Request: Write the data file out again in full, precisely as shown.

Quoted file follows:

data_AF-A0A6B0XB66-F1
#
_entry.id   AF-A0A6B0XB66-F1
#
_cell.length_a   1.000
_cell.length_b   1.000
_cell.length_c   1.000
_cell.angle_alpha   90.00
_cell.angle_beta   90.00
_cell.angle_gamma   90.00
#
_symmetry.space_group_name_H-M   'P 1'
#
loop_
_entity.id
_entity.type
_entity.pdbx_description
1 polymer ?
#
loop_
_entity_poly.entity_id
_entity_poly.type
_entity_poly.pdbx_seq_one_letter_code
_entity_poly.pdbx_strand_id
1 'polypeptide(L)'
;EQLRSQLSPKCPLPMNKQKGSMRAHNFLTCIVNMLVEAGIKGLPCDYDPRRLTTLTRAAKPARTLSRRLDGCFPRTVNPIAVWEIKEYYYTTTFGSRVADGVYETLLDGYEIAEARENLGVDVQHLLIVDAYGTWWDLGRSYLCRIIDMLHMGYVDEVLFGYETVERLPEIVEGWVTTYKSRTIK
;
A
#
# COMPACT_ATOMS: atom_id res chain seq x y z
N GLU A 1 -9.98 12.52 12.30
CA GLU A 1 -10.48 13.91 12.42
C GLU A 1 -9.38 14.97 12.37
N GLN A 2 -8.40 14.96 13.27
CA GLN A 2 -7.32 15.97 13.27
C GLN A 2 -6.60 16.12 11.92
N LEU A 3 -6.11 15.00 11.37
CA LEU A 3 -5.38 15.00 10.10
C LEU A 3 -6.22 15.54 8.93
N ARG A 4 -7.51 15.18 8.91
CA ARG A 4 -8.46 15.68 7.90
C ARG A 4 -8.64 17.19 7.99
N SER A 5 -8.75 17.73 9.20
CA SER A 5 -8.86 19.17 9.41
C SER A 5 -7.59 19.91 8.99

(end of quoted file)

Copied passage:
data_AF-A0A6B0XB66-F1
#
_entry.id   AF-A0A6B0XB66-F1
#
_cell.length_a   1.000
_cell.length_b   1.000
_cell.length_c   1.000
_cell.angle_alpha   90.00
_cell.angle_beta   90.00
_cell.angle_gamma   90.00
#
_symmetry.space_group_name_H-M   'P 1'
#
loop_
_entity.id
_entity.type
_entity.pdbx_description
1 polymer ?
#
loop_
_entity_poly.entity_id
_entity_poly.type
_entity_poly.pdbx_seq_one_letter_code
_entity_poly.pdbx_strand_id
1 'polypeptide(L)'
;EQLRSQLSPKCPLPMNKQKGSMRAHNFLTCIVNMLVEAGIKGLPCDYDPRRLTTLTRAAKPARTLSRRLDGCFPRTVNPIAVWEIKEYYYTTTFGSRVADGVYETLLDGYEIAEARENLGVDVQHLLIVDAYGTWWDLGRSYLCRIIDMLHMGYVDEVLFGYETVERLPEIVEGWVTTYKSRTIK
;
A
#
# COMPACT_ATOMS: atom_id res chain seq x y z
N GLU A 1 -9.98 12.52 12.30
CA GLU A 1 -10.48 13.91 12.42
C GLU A 1 -9.38 14.97 12.37
N GLN A 2 -8.40 14.96 13.27
CA GLN A 2 -7.32 15.97 13.27
C GLN A 2 -6.60 16.12 11.92
N LEU A 3 -6.11 15.00 11.37
CA LEU A 3 -5.38 15.00 10.10
C LEU A 3 -6.22 15.54 8.93
N ARG A 4 -7.51 15.18 8.91
CA ARG A 4 -8.46 15.68 7.90
C ARG A 4 -8.64 17.19 7.99
N SER A 5 -8.75 17.73 9.20
CA SER A 5 -8.86 19.17 9.41
C SER A 5 -7.59 19.91 8.99